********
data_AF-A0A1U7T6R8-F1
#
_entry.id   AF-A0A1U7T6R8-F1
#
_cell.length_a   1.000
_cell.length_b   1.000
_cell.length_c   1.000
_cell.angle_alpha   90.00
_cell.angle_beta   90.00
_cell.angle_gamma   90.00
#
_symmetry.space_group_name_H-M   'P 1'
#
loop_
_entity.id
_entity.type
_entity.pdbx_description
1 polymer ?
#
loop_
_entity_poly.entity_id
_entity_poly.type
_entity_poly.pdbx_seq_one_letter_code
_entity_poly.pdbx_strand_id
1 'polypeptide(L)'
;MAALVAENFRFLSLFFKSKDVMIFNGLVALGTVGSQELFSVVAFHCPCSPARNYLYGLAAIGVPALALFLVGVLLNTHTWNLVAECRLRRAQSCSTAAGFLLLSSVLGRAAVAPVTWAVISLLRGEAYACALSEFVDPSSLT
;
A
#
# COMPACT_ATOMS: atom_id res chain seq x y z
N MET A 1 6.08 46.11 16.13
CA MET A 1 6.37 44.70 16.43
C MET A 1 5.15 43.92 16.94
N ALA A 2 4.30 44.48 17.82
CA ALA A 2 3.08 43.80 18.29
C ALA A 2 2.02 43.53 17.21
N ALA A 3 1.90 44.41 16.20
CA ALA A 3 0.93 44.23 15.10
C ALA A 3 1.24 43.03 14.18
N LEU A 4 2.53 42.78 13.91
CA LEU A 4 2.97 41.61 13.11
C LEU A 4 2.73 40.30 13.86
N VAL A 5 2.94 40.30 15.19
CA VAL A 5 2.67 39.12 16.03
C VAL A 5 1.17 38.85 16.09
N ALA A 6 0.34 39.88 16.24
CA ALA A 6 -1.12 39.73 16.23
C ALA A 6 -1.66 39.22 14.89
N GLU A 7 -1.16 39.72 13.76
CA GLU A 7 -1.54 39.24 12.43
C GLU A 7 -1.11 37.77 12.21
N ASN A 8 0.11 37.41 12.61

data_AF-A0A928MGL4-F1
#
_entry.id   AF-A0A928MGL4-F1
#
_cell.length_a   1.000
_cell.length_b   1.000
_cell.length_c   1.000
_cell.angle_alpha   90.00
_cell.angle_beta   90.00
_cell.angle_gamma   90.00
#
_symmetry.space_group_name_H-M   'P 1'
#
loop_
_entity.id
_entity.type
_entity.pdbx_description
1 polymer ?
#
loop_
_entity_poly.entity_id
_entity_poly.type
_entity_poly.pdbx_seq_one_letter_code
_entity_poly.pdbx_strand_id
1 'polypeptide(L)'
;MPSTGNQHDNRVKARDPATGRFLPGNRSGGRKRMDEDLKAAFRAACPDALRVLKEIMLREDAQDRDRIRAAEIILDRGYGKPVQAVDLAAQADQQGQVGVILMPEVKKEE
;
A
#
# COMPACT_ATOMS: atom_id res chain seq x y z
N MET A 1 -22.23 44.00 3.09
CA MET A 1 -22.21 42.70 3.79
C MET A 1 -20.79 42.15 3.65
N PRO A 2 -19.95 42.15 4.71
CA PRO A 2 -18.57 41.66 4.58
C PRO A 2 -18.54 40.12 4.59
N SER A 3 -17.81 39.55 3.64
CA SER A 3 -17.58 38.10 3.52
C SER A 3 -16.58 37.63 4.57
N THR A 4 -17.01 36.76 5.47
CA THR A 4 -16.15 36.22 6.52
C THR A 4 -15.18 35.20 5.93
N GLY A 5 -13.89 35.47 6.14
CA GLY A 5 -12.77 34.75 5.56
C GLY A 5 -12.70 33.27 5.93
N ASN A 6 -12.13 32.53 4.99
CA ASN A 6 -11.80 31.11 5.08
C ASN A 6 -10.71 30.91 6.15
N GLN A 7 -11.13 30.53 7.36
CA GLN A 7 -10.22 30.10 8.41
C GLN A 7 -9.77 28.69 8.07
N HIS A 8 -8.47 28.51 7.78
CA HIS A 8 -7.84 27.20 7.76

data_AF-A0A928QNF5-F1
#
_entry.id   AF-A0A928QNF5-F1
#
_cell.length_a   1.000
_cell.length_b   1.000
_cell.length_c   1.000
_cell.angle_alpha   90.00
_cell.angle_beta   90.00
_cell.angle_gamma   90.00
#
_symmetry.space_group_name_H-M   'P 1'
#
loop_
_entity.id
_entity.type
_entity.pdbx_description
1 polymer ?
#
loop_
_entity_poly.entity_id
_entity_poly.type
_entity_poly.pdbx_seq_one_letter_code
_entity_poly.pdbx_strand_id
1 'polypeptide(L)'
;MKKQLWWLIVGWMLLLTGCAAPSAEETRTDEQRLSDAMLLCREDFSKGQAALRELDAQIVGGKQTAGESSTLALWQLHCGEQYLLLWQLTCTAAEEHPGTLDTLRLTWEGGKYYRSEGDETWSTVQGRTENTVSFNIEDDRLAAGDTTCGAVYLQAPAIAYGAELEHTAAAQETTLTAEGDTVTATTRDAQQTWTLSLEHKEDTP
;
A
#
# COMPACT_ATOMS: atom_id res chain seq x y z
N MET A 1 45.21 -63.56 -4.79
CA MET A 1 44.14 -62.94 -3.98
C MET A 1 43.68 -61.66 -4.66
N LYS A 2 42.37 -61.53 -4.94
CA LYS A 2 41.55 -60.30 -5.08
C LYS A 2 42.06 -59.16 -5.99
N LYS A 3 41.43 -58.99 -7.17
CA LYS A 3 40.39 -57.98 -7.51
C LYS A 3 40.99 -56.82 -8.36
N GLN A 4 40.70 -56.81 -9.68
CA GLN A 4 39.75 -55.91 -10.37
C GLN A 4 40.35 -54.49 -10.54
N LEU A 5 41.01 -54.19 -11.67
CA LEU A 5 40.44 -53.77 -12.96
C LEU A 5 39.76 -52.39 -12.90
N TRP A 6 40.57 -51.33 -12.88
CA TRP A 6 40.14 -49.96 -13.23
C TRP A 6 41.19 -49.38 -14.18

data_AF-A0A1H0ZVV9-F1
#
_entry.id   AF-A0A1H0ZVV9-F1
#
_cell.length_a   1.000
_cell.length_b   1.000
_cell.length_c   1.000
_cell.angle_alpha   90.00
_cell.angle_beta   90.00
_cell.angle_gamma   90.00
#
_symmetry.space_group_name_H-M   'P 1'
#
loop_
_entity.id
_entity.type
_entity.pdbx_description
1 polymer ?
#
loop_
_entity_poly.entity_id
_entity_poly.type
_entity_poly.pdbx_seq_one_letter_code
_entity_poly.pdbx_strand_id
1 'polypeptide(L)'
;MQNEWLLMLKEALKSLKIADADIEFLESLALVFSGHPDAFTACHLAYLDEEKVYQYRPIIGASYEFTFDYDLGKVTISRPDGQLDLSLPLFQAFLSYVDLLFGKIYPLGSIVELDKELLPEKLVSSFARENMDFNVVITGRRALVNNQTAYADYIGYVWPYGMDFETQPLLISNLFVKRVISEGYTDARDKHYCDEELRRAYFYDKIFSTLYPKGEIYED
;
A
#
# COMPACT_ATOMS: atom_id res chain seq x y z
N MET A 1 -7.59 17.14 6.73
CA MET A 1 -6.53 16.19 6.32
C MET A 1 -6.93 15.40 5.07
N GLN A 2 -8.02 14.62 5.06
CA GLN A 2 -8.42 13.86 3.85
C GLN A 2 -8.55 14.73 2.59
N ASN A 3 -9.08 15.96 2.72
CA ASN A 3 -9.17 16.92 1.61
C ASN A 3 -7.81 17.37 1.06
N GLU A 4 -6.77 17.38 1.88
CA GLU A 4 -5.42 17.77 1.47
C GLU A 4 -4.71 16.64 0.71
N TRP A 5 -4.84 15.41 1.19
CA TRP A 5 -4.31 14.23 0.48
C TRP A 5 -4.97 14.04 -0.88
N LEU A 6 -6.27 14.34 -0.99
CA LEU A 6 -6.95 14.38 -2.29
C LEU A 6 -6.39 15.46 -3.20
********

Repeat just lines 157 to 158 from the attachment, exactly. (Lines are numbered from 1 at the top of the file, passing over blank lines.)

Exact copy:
#
_cell.length_a   1.000